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Thank you all

1.) I am trying to solve lid driven cavity problem for an incompressible Stokes and Navier Stokes equations using general "Mixed" finite element method. dirchlet boundary conditions are specified everywhere on the boundary.

when i try to solve these system of equations, my matrix showing is that it is singular. My doubt is whether it is necessary to specify pressure value at some point ? otherwise how to impose the constraint "average pressure over the domain is zero" ? in FEM.

2.) I am trying to simulate incompressible flow over a cylinder using mixed finite element method. dirchlet boundary conditions are specified at inlet,top, bottom, on circle and do nothing on outlet.

Is it necessary to give pressure value at some point ?

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It makes sense that your matrix is singular, because the pressure is only known up to a constant. That is, if $u_h, p_h$ is a solution to your system of equations, then $u_h, p_h + C$ is also a solution.

To see that this implies singularity, note that if the saddle point linear system is written as $A(u,p) = b$, then $u_h, p_h = (0,0)$ is a solution to the system with $b=0$. But then $u_h, p_h = (0, 1)$ also solves the system with $b=0$, hence a non trivial nullspace and a singular linear system.

Without knowing the specifics of your scheme, it's hard to say exactly what you should do. But some general approaches you can take:

  1. Add a row to your linear system enforcing that either the average of the mean element pressures is 0 over the domain, or that the pressure at some point in the domain is 0. Then solve the system in a least squares sense (using some iterative linear solver). This is probably the easiest approach.

  2. Rather than solving the saddle point system, use an augmented lagrangian approach where pressure and velocity are decoupled and iterate between pressure and velocity guesses until convergence. If you start with a zero-mean guess for the pressure, the mean-zero property will be preserved. See this paper for a more detailed discussion. Decoupling pressure and velocity can have computational advantages as well, since it reduces the size of the linear systems you have to solve.

  3. Rather than solve the saddle point system, use a projection method to decouple pressure and velocity (see Chorin, Guermond papers). In this case, you will have a singular pressure correction equation poisson equation, where you can apply a penalization method to remove the singularity.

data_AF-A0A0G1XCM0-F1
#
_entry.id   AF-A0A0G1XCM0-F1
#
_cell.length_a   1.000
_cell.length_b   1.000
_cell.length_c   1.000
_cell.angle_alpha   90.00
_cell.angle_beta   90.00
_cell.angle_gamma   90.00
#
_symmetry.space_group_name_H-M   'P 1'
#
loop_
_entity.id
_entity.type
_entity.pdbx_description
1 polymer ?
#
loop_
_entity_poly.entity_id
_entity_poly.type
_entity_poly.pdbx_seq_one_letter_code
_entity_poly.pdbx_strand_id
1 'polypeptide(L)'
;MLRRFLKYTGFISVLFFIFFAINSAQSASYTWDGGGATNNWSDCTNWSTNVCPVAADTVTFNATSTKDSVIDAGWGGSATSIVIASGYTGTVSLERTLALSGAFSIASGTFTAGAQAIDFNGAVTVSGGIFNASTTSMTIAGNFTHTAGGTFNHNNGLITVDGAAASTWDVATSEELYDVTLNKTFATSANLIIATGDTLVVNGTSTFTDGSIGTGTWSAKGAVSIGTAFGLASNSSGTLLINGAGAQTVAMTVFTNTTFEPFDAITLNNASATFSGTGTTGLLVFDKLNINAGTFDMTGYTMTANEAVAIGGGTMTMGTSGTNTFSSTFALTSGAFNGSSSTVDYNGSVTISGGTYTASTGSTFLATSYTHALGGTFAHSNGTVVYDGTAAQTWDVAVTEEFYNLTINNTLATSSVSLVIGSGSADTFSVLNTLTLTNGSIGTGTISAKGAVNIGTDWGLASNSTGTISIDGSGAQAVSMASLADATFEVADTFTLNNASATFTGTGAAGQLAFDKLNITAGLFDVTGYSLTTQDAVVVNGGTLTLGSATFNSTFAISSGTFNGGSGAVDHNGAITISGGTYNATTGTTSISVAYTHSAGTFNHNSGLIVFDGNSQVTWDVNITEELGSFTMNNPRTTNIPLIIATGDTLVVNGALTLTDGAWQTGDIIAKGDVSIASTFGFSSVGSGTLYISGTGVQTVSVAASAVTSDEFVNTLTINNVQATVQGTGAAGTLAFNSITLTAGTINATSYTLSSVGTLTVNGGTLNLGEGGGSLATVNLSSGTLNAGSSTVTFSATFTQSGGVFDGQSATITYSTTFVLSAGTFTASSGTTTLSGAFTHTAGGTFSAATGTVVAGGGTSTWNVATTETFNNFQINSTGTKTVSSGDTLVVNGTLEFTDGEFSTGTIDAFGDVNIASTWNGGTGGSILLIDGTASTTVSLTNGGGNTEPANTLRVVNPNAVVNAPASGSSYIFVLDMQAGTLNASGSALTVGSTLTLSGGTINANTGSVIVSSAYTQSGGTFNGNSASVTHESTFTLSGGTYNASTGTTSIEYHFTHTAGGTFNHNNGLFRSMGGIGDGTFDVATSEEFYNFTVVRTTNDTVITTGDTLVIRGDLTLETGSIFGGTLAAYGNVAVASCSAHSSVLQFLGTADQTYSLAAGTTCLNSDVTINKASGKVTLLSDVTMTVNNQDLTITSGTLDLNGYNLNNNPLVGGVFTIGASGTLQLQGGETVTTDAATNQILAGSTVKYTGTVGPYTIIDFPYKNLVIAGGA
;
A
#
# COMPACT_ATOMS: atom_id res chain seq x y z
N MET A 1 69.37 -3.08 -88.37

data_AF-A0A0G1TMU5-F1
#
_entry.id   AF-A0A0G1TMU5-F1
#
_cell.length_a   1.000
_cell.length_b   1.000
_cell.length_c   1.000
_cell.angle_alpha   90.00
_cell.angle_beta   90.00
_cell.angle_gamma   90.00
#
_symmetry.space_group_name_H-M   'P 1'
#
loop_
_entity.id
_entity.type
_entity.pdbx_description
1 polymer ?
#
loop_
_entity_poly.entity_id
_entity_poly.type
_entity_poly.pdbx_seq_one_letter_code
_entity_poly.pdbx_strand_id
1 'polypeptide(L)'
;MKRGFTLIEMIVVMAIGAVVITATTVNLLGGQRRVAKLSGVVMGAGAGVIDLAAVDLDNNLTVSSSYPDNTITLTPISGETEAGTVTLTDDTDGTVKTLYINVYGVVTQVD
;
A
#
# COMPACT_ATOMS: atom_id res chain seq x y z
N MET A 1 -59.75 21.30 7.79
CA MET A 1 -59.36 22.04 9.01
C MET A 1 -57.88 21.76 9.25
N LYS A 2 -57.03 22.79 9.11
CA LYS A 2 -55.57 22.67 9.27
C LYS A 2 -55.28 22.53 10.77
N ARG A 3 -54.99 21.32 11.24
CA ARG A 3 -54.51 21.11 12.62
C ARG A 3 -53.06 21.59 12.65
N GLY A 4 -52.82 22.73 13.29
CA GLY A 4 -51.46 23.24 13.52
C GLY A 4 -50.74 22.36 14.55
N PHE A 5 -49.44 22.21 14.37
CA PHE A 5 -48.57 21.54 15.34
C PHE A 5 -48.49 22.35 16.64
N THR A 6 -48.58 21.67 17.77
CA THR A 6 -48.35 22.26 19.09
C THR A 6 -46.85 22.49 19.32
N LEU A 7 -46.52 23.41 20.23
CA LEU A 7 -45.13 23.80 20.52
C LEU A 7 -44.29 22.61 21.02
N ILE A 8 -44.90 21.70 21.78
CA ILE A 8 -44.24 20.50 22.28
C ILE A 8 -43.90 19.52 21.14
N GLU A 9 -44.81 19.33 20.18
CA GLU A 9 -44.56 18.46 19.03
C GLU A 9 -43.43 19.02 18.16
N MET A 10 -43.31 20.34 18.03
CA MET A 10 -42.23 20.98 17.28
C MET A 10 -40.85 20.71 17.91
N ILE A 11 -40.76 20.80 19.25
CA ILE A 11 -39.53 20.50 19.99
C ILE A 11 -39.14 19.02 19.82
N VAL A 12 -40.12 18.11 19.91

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  • $\begingroup$ Thank you sir. Suppose if I use stabilized polynomial pressure projection scheme which does not decouples the system, is it necessary to go for projection schemes ?. In literature it has been mentioned that projection schemes even it is good at decoupling the system but need to satisfy LBB conidtion(Inf-Sup). Can you please suggest one projection scheme which satisfy LBB condition. $\endgroup$ – Eda Suresh Reddy Aug 16 '17 at 22:06
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Please check this post.

  1. Zero mean pressure space is used for convenience when one is interested in FEA theory (basically, we cannot enforce $p(x_0) = p_0$ for $p \in \mathbb L^2$ since it does not make sense); from the computational point of view, it is easier to fix one of the pressure DOFs (although you can subtract mean value at the post–processing step if you want to). When you are working w/ polynomial spaces—and this is exactly what you do in FEM—it is perfectly fine to enforce $p(x_0) = p_0$. Handle this constraint like you usually handle Dirichlet BCs (e.g., via modifying your matrix).
    It is also fine to ignore this constraint in some cases (e.g., Krylov solvers can do fine with this).

  2. In this case your matrix will be well-posed. Neumann condition fixes the issue with pressure defined up to a constant.

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  • $\begingroup$ Thank you very much sir. I am very happy now by knowing about that krylov solvers can handle it. $\endgroup$ – Eda Suresh Reddy Aug 16 '17 at 21:58
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When you say using general "Mixed" finite element method, I assume that you are using the coupled velocity-pressure formulation. Correct me if I am wrong.

You have not specified whether you are using an LBB-stable element or a stabilised formulation. Nevertheless, irrespective of whether you use a stabilised formulation or LBB-stable element, when you apply Dirichlet BCs using elimination approach, it would help to fix the pressure at one point.

When you use the stabilised formulation, you may not face any convergence issues if you do not fix pressure at one node for some examples. But, when you use LBB-stable elements, you have to fix pressure at one node; you will have convergence issues if you don't.

If you are using the elimination approach to apply Dirichlet BCs, then you can simply eliminate the corresponding row and column of the fixed pressure node.

For the example problems you are interested in, I suggest to refer to this excellent PhD thesis on stabilised finite element formulations for incompressible fluid flow.

The text book by Donea and Huerta is also an excellent reference on mixed formulations for incompressible fluid flow.

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